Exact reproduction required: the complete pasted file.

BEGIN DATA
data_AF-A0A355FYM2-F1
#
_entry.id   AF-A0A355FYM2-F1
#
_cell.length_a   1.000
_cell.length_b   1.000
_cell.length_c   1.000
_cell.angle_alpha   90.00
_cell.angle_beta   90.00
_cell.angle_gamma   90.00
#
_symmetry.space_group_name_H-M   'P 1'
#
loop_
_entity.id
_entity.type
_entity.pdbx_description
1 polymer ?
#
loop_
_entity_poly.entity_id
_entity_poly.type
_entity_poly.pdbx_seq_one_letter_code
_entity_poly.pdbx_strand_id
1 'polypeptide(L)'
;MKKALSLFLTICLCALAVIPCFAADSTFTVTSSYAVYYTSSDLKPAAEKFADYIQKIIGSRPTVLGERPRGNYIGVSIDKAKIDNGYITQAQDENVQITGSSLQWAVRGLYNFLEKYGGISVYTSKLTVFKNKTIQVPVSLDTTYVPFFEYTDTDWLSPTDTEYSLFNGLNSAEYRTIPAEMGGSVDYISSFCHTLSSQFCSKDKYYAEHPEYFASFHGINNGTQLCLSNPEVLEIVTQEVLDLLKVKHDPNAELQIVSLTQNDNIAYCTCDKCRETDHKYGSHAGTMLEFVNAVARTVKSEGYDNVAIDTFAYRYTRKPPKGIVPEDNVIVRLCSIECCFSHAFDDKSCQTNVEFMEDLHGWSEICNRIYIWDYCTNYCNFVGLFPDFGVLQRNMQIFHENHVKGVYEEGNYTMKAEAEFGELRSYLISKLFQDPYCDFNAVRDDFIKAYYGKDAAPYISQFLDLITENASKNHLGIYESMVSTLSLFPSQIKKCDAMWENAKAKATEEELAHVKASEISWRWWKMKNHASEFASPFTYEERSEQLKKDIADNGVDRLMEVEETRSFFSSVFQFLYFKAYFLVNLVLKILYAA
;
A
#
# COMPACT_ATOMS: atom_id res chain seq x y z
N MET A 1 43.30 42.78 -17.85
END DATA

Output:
data_AF-A0A355FYM2-F1
#
_entry.id   AF-A0A355FYM2-F1
#
_cell.length_a   1.000
_cell.length_b   1.000
_cell.length_c   1.000
_cell.angle_alpha   90.00
_cell.angle_beta   90.00
_cell.angle_gamma   90.00
#
_symmetry.space_group_name_H-M   'P 1'
#
loop_
_entity.id
_entity.type
_entity.pdbx_description
1 polymer ?
#
loop_
_entity_poly.entity_id
_entity_poly.type
_entity_poly.pdbx_seq_one_letter_code
_entity_poly.pdbx_strand_id
1 'polypeptide(L)'
;MKKALSLFLTICLCALAVIPCFAADSTFTVTSSYAVYYTSSDLKPAAEKFADYIQKIIGSRPTVLGERPRGNYIGVSIDKAKIDNGYITQAQDENVQITGSSLQWAVRGLYNFLEKYGGISVYTSKLTVFKNKTIQVPVSLDTTYVPFFEYTDTDWLSPTDTEYSLFNGLNSAEYRTIPAEMGGSVDYISSFCHTLSSQFCSKDKYYAEHPEYFASFHGINNGTQLCLSNPEVLEIVTQEVLDLLKVKHDPNAELQIVSLTQNDNIAYCTCDKCRETDHKYGSHAGTMLEFVNAVARTVKSEGYDNVAIDTFAYRYTRKPPKGIVPEDNVIVRLCSIECCFSHAFDDKSCQTNVEFMEDLHGWSEICNRIYIWDYCTNYCNFVGLFPDFGVLQRNMQIFHENHVKGVYEEGNYTMKAEAEFGELRSYLISKLFQDPYCDFNAVRDDFIKAYYGKDAAPYISQFLDLITENASKNHLGIYESMVSTLSLFPSQIKKCDAMWENAKAKATEEELAHVKASEISWRWWKMKNHASEFASPFTYEERSEQLKKDIADNGVDRLMEVEETRSFFSSVFQFLYFKAYFLVNLVLKILYAA
;
A
#
# COMPACT_ATOMS: atom_id res chain seq x y z
N MET A 1 43.30 42.78 -17.85